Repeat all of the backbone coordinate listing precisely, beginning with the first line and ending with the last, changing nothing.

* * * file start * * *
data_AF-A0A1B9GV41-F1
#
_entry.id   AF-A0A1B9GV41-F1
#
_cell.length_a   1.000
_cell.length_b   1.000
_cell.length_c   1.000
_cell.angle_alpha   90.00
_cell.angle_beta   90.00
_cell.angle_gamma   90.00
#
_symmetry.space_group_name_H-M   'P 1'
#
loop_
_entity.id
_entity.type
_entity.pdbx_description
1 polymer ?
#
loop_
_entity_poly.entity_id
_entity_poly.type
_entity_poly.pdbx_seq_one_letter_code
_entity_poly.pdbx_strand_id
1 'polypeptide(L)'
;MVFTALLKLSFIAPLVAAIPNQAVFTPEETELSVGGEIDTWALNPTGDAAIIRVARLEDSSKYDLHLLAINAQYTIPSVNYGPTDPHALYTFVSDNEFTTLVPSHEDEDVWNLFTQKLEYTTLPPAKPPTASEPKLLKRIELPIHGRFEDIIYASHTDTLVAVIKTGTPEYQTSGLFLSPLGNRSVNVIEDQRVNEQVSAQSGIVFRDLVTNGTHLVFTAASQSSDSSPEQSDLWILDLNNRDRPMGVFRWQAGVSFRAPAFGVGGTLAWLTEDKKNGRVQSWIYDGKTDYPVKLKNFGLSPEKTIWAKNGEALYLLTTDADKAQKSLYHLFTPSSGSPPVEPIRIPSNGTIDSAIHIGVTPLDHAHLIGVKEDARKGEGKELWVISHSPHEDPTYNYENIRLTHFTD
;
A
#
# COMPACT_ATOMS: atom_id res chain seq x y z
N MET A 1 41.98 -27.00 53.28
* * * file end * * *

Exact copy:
data_AF-A0A1B9GV41-F1
#
_entry.id   AF-A0A1B9GV41-F1
#
_cell.length_a   1.000
_cell.length_b   1.000
_cell.length_c   1.000
_cell.angle_alpha   90.00
_cell.angle_beta   90.00
_cell.angle_gamma   90.00
#
_symmetry.space_group_name_H-M   'P 1'
#
loop_
_entity.id
_entity.type
_entity.pdbx_description
1 polymer ?
#
loop_
_entity_poly.entity_id
_entity_poly.type
_entity_poly.pdbx_seq_one_letter_code
_entity_poly.pdbx_strand_id
1 'polypeptide(L)'
;MVFTALLKLSFIAPLVAAIPNQAVFTPEETELSVGGEIDTWALNPTGDAAIIRVARLEDSSKYDLHLLAINAQYTIPSVNYGPTDPHALYTFVSDNEFTTLVPSHEDEDVWNLFTQKLEYTTLPPAKPPTASEPKLLKRIELPIHGRFEDIIYASHTDTLVAVIKTGTPEYQTSGLFLSPLGNRSVNVIEDQRVNEQVSAQSGIVFRDLVTNGTHLVFTAASQSSDSSPEQSDLWILDLNNRDRPMGVFRWQAGVSFRAPAFGVGGTLAWLTEDKKNGRVQSWIYDGKTDYPVKLKNFGLSPEKTIWAKNGEALYLLTTDADKAQKSLYHLFTPSSGSPPVEPIRIPSNGTIDSAIHIGVTPLDHAHLIGVKEDARKGEGKELWVISHSPHEDPTYNYENIRLTHFTD
;
A
#
# COMPACT_ATOMS: atom_id res chain seq x y z
N MET A 1 41.98 -27.00 53.28